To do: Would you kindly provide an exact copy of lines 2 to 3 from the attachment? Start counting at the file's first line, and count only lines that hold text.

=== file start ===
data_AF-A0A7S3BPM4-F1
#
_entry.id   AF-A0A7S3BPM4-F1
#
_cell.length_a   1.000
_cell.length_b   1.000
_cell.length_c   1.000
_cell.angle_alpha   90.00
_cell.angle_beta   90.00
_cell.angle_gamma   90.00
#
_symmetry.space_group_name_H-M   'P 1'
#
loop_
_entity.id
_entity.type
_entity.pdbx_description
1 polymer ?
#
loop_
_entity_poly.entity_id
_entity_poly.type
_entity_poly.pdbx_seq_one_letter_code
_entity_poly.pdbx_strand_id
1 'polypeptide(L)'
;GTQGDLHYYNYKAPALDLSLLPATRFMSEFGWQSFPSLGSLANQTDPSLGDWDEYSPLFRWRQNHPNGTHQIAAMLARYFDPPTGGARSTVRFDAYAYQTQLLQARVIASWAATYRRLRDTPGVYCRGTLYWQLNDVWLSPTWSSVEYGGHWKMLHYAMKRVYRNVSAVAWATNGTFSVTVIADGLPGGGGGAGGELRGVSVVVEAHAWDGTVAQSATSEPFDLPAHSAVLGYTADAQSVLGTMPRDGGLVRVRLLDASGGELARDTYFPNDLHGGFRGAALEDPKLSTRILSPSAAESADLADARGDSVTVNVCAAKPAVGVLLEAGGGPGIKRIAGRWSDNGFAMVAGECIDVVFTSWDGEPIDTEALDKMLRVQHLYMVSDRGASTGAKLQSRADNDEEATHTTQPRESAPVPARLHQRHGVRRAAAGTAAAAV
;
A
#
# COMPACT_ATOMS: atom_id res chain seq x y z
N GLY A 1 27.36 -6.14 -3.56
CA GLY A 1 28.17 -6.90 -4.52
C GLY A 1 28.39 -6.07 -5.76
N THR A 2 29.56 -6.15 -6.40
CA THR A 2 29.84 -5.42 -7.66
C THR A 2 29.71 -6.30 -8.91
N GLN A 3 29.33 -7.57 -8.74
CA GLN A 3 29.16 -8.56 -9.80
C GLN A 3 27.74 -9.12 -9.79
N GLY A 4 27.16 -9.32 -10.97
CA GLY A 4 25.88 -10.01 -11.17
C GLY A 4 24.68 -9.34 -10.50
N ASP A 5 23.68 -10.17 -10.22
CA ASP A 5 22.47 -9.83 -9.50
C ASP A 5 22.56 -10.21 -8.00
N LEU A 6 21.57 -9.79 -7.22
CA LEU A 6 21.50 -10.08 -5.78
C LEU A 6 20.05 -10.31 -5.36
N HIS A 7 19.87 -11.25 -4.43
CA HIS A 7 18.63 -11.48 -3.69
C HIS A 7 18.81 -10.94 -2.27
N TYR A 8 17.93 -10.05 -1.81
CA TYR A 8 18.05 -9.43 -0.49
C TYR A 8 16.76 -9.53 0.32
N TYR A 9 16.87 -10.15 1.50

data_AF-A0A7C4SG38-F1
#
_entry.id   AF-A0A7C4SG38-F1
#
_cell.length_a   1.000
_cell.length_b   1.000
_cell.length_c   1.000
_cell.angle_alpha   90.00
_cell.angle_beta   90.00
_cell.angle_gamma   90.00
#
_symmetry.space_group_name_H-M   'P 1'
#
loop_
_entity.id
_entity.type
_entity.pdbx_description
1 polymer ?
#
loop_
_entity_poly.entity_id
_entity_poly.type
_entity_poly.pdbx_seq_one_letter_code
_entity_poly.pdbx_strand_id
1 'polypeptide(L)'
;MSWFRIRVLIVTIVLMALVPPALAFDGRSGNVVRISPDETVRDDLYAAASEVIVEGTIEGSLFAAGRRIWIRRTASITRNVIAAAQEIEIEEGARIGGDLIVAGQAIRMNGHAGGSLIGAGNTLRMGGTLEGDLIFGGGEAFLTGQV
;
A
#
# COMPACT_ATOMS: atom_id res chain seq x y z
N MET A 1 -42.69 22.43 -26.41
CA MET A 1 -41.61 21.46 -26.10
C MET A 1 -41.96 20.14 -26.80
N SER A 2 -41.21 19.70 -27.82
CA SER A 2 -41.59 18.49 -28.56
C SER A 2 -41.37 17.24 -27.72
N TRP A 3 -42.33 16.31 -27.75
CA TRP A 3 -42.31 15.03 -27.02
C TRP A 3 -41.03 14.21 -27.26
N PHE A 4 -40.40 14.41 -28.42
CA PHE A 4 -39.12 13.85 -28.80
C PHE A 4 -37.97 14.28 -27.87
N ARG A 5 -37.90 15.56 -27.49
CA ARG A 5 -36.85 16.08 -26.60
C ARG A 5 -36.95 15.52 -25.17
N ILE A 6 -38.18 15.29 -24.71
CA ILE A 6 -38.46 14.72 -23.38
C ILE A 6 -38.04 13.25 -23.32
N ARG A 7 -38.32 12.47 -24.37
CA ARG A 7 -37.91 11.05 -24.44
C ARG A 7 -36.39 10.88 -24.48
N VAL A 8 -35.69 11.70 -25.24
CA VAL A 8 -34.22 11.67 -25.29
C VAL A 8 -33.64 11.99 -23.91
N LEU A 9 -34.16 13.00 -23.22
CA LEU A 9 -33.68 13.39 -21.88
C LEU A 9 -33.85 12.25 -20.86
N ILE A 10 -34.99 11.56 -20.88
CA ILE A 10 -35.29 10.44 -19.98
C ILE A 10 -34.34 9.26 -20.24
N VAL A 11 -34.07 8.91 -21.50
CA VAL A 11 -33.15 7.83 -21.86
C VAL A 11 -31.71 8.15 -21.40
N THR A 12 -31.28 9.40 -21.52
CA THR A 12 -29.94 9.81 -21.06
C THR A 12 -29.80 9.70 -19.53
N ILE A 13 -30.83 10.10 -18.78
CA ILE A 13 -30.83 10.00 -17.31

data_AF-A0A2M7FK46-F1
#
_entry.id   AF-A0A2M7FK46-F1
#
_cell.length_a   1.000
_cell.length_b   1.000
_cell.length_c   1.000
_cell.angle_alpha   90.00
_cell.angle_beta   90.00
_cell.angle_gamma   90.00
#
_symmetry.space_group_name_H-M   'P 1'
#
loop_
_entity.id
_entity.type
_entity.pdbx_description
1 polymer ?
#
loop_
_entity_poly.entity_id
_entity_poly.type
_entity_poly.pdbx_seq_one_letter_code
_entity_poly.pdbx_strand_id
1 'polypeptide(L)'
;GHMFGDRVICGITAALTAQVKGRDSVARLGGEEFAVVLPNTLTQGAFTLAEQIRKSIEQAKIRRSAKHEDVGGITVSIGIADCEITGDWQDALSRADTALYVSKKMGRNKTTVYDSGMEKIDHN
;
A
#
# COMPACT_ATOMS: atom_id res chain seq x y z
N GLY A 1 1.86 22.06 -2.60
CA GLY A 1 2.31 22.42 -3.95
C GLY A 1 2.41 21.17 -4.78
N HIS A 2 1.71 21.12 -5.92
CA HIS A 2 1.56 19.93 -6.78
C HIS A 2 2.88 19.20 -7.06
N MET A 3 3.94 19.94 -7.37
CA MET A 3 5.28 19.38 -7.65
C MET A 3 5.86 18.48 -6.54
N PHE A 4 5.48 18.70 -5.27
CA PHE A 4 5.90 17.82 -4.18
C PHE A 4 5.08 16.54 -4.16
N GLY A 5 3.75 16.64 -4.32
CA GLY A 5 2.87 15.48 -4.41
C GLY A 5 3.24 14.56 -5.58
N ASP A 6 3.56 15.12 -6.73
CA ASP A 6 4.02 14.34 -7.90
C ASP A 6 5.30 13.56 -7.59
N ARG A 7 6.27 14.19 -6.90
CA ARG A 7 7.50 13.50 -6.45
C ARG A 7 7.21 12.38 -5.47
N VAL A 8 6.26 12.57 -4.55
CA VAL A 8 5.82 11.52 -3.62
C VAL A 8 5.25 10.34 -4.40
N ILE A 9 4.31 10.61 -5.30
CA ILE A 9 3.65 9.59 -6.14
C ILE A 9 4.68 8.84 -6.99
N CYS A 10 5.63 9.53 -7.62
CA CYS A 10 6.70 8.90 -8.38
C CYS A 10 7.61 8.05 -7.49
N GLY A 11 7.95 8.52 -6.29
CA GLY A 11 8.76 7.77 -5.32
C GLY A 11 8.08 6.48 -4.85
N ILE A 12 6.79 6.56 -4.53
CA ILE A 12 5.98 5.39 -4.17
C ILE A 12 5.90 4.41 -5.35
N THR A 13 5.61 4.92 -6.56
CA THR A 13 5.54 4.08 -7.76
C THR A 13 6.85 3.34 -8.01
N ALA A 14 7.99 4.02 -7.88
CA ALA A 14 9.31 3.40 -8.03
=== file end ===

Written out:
#
_entry.id   AF-A0A7S3BPM4-F1